9. Support for Healthy Relationships and Sexuality
10. Valuing and Supporting Employees
11. Trauma-Informed and Proactive Responses to Abuse Reports
12. Respectful Communication
13. Cultural Competence
14. Challenging Conversations
15. Visible Support From Senior Leadership and the Executive Director

To learn more about these principles and practices, please visit here.

Blue Tower Training
Shirley Paceley, Founder

Did you know that children with disabilities are three times more likely to be victims of sexual and other forms of abuse than children without disabilities? Did you know that children with disabilities are less likely to receive support for healing and justice following crime victimization? Did you know that children with disabilities are less likely to receive education about healthy relationships and the prevention of abuse?

Blue Tower Training was founded to provide training and other resources to address the hidden violence I saw in the lives of too many children and adults with disabilities. A division within the not-for-profit agency, Macon Resources, Inc., which specializes in services for children and adults with disabilities, Blue Tower Training provides technical assistance to organizations interested in the inclusion of people with disabilities in victim services and to other entities interested in creating safe, trauma-responsive organizations for people with disabilities. We offer a wealth of informative materials, including books, videos, CDs, card games, and curricula, for parents, professionals, and the organizations they work for, to help them prevent and respond to the sexual abuse of children, particularly those with disabilities.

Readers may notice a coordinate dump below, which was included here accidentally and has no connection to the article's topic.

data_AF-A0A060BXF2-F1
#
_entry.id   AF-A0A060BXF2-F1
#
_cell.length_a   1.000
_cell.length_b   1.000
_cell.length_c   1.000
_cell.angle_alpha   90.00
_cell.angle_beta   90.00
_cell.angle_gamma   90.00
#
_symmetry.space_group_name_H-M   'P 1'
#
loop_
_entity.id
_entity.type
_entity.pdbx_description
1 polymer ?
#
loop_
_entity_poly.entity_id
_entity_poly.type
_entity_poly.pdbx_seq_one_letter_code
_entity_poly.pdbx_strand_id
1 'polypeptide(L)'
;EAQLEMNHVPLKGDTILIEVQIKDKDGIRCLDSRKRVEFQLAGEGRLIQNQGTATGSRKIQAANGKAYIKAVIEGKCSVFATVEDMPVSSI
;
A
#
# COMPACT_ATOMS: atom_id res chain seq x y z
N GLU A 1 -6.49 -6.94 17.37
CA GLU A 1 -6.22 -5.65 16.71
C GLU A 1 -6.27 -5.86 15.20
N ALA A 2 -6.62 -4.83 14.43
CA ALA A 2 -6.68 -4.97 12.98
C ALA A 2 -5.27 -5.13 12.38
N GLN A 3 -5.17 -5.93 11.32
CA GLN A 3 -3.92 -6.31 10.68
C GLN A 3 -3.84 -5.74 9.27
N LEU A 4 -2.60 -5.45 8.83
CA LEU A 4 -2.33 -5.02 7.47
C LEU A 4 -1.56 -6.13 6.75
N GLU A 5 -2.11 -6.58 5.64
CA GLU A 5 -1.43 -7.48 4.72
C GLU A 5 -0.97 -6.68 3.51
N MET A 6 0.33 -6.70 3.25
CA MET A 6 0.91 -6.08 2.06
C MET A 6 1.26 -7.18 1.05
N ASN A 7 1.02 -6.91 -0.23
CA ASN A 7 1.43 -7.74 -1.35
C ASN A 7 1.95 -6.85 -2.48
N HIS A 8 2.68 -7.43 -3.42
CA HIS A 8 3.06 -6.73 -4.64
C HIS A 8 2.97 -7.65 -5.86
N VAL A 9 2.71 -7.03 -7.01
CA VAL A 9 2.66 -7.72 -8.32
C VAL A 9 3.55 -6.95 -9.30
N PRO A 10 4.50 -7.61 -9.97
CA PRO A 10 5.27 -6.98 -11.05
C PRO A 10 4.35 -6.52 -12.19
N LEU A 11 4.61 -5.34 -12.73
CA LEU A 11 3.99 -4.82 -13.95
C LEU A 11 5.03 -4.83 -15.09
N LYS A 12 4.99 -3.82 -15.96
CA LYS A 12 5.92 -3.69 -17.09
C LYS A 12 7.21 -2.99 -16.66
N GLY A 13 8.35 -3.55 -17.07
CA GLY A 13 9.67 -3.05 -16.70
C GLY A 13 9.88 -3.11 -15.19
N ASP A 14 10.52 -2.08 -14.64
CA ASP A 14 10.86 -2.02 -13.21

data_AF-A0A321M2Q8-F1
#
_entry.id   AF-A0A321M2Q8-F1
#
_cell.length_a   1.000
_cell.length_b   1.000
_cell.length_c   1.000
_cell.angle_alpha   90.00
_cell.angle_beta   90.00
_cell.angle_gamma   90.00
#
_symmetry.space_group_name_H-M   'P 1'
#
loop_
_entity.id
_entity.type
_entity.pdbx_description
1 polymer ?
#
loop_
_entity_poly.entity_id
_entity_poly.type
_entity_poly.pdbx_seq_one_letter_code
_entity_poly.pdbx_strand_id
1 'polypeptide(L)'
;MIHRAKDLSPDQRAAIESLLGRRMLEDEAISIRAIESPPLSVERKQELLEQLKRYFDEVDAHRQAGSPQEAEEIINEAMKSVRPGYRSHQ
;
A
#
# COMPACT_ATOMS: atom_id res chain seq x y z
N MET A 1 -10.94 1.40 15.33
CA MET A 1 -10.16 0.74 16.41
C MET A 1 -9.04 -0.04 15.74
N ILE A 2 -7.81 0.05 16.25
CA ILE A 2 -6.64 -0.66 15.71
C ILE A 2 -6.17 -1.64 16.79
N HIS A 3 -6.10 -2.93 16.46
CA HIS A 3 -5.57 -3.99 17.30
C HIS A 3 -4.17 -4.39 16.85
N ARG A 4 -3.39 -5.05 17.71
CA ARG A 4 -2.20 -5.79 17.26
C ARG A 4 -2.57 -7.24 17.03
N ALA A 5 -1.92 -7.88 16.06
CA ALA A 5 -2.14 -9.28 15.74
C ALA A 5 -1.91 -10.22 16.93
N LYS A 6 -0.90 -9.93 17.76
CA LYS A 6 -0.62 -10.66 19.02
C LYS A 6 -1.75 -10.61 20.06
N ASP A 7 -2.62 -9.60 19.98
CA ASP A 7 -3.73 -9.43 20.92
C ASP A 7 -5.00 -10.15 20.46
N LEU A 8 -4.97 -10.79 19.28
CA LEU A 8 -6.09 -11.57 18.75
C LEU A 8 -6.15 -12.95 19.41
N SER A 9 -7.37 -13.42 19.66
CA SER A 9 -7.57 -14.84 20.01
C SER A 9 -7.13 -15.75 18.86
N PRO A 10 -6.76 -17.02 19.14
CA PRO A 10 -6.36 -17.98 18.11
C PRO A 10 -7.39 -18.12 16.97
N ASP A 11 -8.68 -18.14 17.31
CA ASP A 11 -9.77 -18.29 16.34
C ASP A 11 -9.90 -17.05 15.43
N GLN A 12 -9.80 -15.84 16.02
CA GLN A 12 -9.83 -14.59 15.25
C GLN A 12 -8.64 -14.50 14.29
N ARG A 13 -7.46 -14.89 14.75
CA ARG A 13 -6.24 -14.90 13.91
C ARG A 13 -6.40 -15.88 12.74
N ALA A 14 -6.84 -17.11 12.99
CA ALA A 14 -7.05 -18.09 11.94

One resource I like to recommend is called “I LIKE ME: Growing Songs for Healthy Children,” a music CD of prevention-related songs. The CD includes three activities per song, plus karaoke tracks to accompany children performing the songs. To learn more about Blue Tower Training services, please visit us at www.bluetowertraining.com.

Upcoming Events
August 7–8: CJJ Youth Summit. The Coalition for Juvenile Justice and the Office of Juvenile Justice and Delinquency Prevention are pleased to announce they will be cohosting the 2014 Juvenile Justice Youth Summit. The summit, which will take place August 7–8 in Washington, DC, will feature activities commemorating the 40th anniversary of passage of the Juvenile Justice and Delinquency Prevention Act.